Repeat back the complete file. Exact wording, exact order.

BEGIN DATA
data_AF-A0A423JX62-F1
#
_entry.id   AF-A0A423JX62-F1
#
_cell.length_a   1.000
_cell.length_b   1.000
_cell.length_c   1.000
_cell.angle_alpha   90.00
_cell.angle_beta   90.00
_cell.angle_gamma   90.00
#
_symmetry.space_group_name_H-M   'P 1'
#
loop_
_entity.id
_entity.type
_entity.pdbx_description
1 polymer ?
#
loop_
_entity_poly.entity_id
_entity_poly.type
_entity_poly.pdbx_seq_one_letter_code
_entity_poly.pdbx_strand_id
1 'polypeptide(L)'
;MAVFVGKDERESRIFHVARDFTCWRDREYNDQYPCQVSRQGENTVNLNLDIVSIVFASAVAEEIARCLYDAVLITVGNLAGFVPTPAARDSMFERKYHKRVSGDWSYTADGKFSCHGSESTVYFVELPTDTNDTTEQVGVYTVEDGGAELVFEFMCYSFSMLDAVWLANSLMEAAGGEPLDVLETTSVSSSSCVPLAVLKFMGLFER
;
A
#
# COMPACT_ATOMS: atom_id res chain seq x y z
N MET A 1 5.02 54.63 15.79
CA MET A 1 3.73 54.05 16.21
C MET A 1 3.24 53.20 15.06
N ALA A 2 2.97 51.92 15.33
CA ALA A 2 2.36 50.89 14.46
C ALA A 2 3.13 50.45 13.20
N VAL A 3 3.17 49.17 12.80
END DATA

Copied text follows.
data_AF-A0A423JX62-F1
#
_entry.id   AF-A0A423JX62-F1
#
_cell.length_a   1.000
_cell.length_b   1.000
_cell.length_c   1.000
_cell.angle_alpha   90.00
_cell.angle_beta   90.00
_cell.angle_gamma   90.00
#
_symmetry.space_group_name_H-M   'P 1'
#
loop_
_entity.id
_entity.type
_entity.pdbx_description
1 polymer ?
#
loop_
_entity_poly.entity_id
_entity_poly.type
_entity_poly.pdbx_seq_one_letter_code
_entity_poly.pdbx_strand_id
1 'polypeptide(L)'
;MAVFVGKDERESRIFHVARDFTCWRDREYNDQYPCQVSRQGENTVNLNLDIVSIVFASAVAEEIARCLYDAVLITVGNLAGFVPTPAARDSMFERKYHKRVSGDWSYTADGKFSCHGSESTVYFVELPTDTNDTTEQVGVYTVEDGGAELVFEFMCYSFSMLDAVWLANSLMEAAGGEPLDVLETTSVSSSSCVPLAVLKFMGLFER
;
A
#
# COMPACT_ATOMS: atom_id res chain seq x y z
N MET A 1 5.02 54.63 15.79
CA MET A 1 3.73 54.05 16.21
C MET A 1 3.24 53.20 15.06
N ALA A 2 2.97 51.92 15.33
CA ALA A 2 2.36 50.89 14.46
C ALA A 2 3.13 50.45 13.20
N VAL A 3 3.17 49.17 12.80